@Configuration @EnableWebSecurity public class WebSecurityConfig extends WebSecurityConfigurerAdapter { @Autowired private LocalAuthenticationProvider localAuthenticationProvider; @Autowired private UserService userService; @Autowired private TokenAuthenticationService tokenAuthenticationService; @Override protected void configure(HttpSecurity http) throws Exception { http.sessionManagement() .sessionCreationPolicy(SessionCreationPolicy.STATELESS); http.csrf().disable().authorizeRequests() .antMatchers("/").permitAll() .antMatchers(HttpMethod.POST, "/login").permitAll() .antMatchers("/users/**").hasAuthority("ADMIN") .antMatchers("/permissions/**").hasAuthority("ADMIN") .anyRequest().authenticated() .and() .addFilterBefore(new JWTLoginFilter("/login", authenticationManager(), tokenAuthenticationService), UsernamePasswordAuthenticationFilter.class) .addFilterBefore(new JWTAuthenticationFilter(tokenAuthenticationService), UsernamePasswordAuthenticationFilter.class); } @Override protected void configure(AuthenticationManagerBuilder auth) throws Exception { auth.authenticationProvider(localAuthenticationProvider); } }

The WebSecurityConfig class is a Spring configuration class that sets up the access necessary for different URLs of the API: access to /login for all, access to /users or /permissions only if the token on the request header has admin rights. Two request filters are also added, JWTLoginFilter will handle the login functionality and generate a token, and it applies only to the /login path, and the JWTAuthenticationFilter will verify all requests for the presence of the token and validate the received token before allowing access to the invoked API endpoints.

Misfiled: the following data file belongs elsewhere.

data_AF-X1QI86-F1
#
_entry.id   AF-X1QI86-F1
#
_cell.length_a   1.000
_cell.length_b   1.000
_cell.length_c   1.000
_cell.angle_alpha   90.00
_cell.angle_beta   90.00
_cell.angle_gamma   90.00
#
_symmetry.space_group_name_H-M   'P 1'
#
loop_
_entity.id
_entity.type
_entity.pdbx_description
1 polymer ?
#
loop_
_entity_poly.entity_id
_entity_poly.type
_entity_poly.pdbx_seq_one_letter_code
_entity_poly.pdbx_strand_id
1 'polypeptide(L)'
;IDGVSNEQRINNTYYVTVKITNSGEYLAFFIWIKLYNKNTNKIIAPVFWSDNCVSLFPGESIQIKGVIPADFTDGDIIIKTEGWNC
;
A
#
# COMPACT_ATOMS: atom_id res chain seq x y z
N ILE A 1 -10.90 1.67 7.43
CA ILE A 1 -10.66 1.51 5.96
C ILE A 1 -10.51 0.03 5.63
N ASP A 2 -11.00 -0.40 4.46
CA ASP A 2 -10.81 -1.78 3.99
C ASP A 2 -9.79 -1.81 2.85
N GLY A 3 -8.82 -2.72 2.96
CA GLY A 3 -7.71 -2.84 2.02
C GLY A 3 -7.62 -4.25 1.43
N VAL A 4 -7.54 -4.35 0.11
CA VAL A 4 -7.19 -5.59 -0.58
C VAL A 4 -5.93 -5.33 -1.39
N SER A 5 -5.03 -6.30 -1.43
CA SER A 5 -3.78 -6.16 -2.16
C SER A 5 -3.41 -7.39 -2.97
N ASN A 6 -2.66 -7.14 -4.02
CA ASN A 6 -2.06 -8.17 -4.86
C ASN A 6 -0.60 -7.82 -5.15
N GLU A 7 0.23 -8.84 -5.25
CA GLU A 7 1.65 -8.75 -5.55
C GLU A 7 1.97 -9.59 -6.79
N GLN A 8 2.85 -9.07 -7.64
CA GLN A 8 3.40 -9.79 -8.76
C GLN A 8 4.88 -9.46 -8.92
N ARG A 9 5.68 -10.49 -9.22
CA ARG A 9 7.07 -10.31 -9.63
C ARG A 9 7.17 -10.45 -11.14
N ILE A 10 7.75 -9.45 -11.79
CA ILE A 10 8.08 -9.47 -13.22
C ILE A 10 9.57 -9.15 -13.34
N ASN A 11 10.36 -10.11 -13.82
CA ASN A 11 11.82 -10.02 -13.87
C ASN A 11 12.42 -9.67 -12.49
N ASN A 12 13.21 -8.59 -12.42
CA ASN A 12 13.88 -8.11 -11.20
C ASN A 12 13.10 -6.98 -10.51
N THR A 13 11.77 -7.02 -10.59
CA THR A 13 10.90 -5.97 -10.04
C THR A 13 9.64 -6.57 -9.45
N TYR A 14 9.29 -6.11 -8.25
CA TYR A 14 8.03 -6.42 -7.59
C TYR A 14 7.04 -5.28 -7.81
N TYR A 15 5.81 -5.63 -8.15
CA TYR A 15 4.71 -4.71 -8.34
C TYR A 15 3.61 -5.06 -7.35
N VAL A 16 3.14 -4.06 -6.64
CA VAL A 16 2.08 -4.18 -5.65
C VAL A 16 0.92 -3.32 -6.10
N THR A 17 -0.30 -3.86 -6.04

public class JWTLoginFilter extends AbstractAuthenticationProcessingFilter { private TokenAuthenticationService tokenAuthenticationService; public JWTLoginFilter(String url, AuthenticationManager authManager, TokenAuthenticationService tokenAuthenticationService) { super(new AntPathRequestMatcher(url)); setAuthenticationManager(authManager); this.tokenAuthenticationService = tokenAuthenticationService; } @Override public Authentication attemptAuthentication(HttpServletRequest req, HttpServletResponse res) throws AuthenticationException, IOException { AccountCredentials credentials = new ObjectMapper() .readValue(req.getInputStream(), AccountCredentials.class); return getAuthenticationManager().authenticate( new UsernamePasswordAuthenticationToken( credentials.getUsername(), credentials.getPassword(), Collections.emptyList() ) ); } @Override protected void successfulAuthentication( HttpServletRequest req, HttpServletResponse res, FilterChain chain, Authentication auth) { tokenAuthenticationService .addAuthentication(res, auth.getName(), auth.getAuthorities()); } }